Help me pick an API design (OO vs functional)

Michael Herrmann michael.herrmann at getautoma.com
Wed Mar 27 10:34:09 CET 2013


On Tuesday, March 26, 2013 11:37:23 PM UTC+1, Steven D'Aprano wrote:
> 
> Global *variables* are bad, not global functions. You have one global 
> variable, "the current window". So long as your API makes it obvious when 
> the current window changes, implicitly operating on the current window is 
> no more dangerous than Python's implicit operations on the current 
> namespace (e.g. "x = 2" binds 2 to x in the current namespace).

I'm generally wary of everything global, but you're right as long as no (global) state is involved. 

> I recommend you look at the random.py API. You have a Random class, that 
> allows the user to generate as many independent random number generators 
> as needed. And the module also initialises a private instance, and 
> exposes the methods of that instance as top-level functions, to cover the 
> 90% simple case where your application only cares about a single RNG.

I looked it up - I think this is a very good approach; to provide easy access to the functionality used in 90% of cases but still give users the flexibility to cover the edge cases.

After everybody's input, I think Design #2 or Design #4 would be the best fit for us:

Design #2: 
        notepad_1 = start("Notepad") 
        notepad_2 = start("Notepad")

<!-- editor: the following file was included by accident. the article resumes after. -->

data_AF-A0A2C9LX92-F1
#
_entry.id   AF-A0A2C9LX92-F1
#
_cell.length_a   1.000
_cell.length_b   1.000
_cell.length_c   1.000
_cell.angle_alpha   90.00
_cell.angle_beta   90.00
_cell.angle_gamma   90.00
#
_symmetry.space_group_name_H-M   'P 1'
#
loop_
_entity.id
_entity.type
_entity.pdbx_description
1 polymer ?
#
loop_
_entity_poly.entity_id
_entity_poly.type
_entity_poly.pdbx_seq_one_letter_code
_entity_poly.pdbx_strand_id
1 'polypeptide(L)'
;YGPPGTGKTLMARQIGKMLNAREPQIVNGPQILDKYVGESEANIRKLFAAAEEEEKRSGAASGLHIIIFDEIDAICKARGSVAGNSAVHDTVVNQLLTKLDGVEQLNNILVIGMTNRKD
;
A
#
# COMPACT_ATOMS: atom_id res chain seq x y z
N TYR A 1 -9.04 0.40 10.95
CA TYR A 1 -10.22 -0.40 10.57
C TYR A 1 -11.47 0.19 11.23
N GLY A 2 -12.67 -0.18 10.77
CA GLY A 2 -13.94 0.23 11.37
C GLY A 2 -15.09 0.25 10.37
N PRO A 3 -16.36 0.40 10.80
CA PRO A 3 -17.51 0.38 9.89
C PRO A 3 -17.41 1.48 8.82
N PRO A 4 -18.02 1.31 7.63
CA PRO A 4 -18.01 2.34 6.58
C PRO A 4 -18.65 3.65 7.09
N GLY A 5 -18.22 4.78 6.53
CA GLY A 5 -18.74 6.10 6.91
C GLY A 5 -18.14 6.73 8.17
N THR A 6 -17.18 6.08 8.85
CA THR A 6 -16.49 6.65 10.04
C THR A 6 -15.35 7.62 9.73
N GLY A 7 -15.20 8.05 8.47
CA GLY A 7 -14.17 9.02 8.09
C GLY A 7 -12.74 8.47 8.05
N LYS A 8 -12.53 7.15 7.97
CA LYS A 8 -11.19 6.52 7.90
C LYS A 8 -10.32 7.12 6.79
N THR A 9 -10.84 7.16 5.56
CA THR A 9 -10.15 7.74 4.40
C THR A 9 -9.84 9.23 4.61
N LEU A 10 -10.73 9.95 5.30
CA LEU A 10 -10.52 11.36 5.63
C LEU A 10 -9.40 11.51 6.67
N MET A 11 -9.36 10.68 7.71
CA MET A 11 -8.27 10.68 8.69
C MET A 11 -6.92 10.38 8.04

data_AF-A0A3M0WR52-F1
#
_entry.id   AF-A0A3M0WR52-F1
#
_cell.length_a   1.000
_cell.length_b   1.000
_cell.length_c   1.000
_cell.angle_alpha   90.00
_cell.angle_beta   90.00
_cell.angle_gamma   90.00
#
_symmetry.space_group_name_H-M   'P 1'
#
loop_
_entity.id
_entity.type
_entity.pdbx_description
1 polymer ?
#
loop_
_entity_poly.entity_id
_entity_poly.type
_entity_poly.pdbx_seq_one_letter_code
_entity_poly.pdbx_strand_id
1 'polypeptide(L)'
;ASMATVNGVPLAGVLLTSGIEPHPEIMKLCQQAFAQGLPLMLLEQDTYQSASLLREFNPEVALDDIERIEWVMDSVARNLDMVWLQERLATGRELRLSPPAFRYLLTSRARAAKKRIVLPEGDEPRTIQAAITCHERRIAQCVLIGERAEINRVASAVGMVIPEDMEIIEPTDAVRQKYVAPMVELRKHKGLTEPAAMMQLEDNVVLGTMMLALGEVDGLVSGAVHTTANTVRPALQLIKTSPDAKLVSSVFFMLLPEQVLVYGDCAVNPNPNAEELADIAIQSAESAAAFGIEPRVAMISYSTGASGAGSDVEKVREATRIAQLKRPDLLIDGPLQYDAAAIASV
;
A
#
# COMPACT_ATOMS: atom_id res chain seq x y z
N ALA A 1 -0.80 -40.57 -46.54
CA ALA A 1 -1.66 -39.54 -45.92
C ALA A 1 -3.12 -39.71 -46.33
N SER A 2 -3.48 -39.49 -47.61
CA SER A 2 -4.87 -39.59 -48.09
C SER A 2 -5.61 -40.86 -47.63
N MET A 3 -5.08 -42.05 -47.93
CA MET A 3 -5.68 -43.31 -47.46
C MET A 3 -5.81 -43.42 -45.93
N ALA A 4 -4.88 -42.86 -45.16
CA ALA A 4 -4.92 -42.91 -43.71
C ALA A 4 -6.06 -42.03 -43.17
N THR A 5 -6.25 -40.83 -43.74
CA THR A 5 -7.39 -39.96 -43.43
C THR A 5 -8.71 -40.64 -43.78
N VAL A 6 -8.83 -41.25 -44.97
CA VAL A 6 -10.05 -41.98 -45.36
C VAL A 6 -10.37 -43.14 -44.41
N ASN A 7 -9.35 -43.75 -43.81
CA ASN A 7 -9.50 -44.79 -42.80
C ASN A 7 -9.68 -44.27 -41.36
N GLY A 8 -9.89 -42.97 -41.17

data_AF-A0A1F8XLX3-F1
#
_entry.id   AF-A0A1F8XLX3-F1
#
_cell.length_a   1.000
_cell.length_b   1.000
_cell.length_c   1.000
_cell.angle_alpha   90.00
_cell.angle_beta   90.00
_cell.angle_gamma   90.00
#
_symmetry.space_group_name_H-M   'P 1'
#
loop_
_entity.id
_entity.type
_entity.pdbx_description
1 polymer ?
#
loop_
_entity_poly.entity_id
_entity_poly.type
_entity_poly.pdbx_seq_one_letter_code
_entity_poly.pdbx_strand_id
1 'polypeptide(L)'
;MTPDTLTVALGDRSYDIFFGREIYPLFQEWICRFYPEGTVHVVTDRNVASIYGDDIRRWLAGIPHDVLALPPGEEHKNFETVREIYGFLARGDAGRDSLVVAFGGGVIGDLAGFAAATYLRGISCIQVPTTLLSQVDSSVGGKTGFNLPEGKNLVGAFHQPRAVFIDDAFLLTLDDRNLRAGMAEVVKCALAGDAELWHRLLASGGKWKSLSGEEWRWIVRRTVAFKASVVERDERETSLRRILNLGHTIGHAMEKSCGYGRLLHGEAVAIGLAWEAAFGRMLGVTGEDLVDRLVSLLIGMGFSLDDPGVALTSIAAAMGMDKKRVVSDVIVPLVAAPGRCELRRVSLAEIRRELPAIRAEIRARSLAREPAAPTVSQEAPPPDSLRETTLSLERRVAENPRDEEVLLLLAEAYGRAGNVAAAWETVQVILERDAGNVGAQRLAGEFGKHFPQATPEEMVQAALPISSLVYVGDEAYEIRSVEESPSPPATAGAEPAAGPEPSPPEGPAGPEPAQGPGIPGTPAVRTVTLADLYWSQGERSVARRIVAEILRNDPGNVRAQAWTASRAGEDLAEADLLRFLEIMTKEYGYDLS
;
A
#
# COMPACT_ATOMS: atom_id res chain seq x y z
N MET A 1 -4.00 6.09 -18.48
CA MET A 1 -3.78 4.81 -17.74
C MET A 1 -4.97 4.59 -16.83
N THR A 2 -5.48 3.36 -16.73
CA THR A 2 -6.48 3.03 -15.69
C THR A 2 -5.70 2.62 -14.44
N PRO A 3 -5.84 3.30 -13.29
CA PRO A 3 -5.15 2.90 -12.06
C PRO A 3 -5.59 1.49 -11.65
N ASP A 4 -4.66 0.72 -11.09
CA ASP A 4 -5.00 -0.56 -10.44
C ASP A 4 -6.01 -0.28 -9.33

switch_to(notepad_1) 
        write("Hello World!") 
        press(CTRL + 'a', CTRL + 'c') 
        switch_to(notepad_2) 
        press(CTRL + 'v') 

Design #4: 
        notepad_1 = start("Notepad") 
        notepad_2 = start("Notepad") 
        notepad_1.activate() 
        write("Hello World!") 
        press(CTRL + 'a', CTRL + 'c') 
        notepad_2.activate() 
        press(CTRL + 'v') 

Normally, I'd go for Design #4, as it results in one less global, is better for autocompletion etc. The thing with our library is that it tries to make its scripts as similar as possible to giving instructions to someone looking over their shoulder at a screen. And in this situation you would just say

       activate(notepad)

rather than

       notepad.activate().

So the problem lies in a difference between Python's and English grammar. For beauty, I should go with #2. For pragmatism, I should go with #4. It hurts, but I'm leaning towards #4. I have to think about it a little.

Thank you so much to everybody for your inputs so far!
Best,
Michael
www.getautoma.com



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